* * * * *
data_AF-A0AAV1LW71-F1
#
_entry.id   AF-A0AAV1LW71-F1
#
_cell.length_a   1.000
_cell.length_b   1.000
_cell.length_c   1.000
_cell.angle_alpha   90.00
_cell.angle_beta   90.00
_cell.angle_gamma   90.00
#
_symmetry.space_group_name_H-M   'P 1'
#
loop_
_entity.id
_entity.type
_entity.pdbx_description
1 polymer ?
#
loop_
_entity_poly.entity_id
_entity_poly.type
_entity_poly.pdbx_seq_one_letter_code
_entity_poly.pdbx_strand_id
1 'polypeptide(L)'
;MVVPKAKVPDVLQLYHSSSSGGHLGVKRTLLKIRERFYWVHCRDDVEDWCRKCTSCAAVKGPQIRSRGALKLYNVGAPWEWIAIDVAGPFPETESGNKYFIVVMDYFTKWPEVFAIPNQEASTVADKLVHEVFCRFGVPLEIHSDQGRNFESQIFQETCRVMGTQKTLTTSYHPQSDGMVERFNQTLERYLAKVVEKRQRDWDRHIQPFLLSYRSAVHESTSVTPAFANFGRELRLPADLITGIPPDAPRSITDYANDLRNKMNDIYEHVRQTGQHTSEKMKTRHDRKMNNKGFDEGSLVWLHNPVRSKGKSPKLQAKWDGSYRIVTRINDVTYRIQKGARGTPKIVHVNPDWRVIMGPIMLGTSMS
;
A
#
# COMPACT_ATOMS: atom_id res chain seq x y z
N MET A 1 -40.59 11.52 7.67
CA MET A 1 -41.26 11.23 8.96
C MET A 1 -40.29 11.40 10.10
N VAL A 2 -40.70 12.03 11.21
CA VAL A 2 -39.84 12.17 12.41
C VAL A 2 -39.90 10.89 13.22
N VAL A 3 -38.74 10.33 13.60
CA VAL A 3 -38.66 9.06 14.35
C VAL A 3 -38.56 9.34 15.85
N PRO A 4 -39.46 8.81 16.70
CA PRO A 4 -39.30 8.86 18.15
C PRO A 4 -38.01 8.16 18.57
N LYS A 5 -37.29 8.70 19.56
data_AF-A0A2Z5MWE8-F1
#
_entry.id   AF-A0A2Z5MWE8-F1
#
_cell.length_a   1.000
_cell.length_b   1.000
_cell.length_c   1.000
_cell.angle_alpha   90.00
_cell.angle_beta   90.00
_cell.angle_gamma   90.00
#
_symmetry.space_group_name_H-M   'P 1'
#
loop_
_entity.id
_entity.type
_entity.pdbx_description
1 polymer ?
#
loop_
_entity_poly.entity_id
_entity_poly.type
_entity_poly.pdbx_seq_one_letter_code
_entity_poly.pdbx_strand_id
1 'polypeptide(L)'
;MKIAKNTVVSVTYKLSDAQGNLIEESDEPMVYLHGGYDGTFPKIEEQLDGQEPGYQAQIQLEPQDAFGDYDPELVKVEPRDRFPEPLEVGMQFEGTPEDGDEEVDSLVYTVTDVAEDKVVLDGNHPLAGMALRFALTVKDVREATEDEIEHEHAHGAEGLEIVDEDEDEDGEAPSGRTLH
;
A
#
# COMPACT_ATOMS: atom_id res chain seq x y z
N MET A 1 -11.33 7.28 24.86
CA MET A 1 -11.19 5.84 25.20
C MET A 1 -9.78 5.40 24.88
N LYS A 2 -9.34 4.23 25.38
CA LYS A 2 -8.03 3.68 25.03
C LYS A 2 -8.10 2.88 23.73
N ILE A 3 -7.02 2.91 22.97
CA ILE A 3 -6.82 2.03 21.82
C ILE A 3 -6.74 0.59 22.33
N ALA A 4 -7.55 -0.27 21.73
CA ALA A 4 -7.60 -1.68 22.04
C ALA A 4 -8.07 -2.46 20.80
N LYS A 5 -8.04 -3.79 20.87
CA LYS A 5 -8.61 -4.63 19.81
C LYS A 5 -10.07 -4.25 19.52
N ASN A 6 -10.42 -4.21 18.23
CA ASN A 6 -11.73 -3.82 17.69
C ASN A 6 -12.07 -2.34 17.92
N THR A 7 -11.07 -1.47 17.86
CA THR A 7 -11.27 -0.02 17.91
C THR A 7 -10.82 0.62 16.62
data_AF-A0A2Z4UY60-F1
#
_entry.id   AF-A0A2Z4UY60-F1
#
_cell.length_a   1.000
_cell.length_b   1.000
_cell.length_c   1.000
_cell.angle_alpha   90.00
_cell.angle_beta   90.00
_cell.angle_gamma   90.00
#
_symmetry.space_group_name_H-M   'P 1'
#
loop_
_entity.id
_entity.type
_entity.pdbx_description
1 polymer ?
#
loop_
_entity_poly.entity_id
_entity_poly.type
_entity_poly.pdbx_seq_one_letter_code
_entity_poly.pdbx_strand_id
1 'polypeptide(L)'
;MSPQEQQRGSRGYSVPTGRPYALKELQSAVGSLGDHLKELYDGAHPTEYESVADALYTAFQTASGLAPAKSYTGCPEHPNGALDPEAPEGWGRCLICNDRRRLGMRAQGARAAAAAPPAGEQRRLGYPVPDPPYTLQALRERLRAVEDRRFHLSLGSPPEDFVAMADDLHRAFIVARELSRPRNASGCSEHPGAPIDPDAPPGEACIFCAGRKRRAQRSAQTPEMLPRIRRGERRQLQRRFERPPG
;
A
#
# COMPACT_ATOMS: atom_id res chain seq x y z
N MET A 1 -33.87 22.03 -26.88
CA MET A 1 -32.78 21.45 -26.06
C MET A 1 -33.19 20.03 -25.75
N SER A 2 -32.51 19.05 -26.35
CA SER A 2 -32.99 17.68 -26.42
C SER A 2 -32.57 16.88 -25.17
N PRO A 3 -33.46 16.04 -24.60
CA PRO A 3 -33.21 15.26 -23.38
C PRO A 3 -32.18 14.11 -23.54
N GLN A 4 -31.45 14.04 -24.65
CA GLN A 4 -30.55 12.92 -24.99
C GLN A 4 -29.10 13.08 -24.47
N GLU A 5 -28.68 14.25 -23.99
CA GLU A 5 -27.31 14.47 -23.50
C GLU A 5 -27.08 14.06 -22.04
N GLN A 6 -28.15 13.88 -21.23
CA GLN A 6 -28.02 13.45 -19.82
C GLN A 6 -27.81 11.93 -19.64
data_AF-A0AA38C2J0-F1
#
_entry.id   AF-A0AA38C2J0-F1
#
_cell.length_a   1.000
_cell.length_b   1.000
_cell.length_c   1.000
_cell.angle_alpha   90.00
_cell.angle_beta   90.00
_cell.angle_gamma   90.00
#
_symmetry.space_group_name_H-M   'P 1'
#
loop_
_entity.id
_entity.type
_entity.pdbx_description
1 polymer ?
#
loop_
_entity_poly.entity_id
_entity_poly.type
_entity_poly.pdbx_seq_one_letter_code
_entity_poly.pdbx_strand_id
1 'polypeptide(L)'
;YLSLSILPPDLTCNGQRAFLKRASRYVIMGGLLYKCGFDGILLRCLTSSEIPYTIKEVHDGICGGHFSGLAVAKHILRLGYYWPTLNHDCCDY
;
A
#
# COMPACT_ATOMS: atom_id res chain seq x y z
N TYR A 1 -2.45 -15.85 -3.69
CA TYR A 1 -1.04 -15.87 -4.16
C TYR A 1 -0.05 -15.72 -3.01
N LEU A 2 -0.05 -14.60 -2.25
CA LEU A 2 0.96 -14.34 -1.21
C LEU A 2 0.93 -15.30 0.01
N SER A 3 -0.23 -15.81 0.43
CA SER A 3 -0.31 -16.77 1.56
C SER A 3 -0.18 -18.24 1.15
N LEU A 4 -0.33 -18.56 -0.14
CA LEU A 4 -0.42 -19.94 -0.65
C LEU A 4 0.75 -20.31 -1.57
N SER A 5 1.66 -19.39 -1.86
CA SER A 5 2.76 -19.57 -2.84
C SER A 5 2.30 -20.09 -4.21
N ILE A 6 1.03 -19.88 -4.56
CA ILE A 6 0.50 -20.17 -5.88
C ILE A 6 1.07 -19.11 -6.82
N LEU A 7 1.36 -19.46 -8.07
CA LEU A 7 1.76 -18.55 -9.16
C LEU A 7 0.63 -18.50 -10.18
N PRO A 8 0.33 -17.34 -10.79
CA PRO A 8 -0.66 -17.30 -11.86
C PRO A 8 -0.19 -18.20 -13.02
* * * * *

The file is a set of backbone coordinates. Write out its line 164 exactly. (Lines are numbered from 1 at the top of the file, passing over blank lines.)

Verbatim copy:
_entity_poly.type